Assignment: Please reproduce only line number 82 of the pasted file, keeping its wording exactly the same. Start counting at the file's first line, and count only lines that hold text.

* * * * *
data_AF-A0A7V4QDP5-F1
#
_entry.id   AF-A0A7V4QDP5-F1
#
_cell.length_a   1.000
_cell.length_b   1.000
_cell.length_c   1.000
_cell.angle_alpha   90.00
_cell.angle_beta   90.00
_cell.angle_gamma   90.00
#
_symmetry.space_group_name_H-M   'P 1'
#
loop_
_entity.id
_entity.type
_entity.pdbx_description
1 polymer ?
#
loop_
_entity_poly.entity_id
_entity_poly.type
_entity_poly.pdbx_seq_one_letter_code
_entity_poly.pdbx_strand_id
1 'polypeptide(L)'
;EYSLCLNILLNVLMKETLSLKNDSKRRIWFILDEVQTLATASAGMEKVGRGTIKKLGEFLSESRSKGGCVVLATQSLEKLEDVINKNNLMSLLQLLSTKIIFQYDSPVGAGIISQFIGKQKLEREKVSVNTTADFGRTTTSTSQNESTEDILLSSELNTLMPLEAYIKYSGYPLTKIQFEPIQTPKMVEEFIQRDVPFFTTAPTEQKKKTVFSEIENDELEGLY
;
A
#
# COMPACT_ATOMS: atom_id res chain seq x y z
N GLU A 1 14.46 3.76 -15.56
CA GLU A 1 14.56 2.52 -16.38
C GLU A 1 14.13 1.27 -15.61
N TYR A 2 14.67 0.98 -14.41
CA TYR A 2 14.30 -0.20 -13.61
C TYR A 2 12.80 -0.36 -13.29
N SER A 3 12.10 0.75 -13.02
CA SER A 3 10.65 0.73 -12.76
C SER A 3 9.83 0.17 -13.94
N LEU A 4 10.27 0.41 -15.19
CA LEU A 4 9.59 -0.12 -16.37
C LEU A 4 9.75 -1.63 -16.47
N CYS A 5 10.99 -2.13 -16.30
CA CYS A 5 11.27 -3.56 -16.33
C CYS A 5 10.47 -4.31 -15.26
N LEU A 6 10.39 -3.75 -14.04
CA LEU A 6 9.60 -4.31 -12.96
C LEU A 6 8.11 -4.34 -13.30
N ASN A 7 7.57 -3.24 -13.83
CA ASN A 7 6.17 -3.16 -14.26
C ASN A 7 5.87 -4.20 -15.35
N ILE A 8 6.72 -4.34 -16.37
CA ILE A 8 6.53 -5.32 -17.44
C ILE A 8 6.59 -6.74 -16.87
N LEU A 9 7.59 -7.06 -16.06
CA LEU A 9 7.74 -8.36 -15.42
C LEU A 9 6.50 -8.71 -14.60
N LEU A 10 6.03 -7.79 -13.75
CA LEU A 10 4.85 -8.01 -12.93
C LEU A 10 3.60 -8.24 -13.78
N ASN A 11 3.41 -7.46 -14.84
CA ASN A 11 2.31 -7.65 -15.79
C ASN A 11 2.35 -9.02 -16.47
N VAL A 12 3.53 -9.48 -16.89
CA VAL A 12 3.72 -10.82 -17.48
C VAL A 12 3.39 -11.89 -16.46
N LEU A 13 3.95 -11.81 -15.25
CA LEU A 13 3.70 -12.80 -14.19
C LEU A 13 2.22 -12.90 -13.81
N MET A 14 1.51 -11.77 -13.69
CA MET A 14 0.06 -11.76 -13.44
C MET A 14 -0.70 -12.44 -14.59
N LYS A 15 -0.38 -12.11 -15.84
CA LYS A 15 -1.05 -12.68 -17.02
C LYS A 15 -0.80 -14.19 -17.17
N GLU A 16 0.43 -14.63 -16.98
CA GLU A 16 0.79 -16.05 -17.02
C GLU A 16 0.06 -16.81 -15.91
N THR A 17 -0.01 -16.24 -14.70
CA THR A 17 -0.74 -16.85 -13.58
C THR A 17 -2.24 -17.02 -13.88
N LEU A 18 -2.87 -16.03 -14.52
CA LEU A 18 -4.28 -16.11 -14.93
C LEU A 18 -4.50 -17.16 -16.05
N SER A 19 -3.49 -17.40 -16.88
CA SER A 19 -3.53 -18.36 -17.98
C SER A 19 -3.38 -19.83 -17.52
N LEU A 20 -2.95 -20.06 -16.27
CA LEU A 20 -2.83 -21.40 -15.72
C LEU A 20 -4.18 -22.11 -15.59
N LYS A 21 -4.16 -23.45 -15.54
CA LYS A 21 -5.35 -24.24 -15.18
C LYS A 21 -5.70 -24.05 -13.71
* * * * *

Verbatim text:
N LEU A 18 -2.87 -16.03 -14.52